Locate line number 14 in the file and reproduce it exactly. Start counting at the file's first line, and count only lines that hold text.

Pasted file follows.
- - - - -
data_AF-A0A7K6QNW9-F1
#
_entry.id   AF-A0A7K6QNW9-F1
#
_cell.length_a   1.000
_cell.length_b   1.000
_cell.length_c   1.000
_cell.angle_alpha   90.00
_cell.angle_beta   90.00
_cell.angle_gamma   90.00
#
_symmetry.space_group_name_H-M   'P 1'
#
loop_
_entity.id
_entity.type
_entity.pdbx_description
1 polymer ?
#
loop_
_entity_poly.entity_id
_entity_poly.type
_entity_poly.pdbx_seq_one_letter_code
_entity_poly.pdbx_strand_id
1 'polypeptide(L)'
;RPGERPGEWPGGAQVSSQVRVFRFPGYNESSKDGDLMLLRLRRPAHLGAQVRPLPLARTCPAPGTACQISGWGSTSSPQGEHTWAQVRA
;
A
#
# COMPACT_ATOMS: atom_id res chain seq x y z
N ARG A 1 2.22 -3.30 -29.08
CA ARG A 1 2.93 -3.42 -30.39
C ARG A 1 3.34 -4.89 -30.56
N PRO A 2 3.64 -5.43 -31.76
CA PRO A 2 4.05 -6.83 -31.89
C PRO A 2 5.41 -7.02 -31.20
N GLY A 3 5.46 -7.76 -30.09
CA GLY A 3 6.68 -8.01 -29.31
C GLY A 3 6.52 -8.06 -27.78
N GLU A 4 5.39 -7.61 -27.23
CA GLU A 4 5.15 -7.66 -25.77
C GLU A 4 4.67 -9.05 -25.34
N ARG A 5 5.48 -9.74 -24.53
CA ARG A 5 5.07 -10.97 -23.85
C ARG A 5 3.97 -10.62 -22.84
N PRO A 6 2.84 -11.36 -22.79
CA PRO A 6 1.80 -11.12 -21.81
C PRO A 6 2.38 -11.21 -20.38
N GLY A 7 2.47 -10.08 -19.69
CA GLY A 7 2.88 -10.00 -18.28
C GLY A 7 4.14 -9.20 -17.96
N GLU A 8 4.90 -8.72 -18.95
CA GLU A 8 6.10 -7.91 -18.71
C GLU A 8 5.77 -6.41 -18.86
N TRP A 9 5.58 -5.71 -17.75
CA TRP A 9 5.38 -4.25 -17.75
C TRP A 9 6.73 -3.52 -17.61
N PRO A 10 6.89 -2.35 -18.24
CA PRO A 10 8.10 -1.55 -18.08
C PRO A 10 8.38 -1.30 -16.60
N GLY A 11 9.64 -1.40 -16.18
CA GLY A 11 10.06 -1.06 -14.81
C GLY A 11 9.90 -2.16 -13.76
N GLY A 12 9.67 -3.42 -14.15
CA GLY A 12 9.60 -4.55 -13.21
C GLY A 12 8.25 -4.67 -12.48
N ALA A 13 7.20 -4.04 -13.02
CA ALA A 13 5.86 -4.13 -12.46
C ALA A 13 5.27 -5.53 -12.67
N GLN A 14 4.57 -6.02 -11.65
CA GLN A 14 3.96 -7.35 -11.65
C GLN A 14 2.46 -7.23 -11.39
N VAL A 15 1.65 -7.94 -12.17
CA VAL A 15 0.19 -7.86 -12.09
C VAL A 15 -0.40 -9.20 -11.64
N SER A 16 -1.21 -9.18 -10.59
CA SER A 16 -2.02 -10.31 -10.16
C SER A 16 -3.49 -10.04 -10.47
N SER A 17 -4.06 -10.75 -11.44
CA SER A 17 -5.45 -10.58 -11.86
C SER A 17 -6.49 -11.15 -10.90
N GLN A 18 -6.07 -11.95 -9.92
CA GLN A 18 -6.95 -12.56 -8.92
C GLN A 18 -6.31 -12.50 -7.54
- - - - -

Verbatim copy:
loop_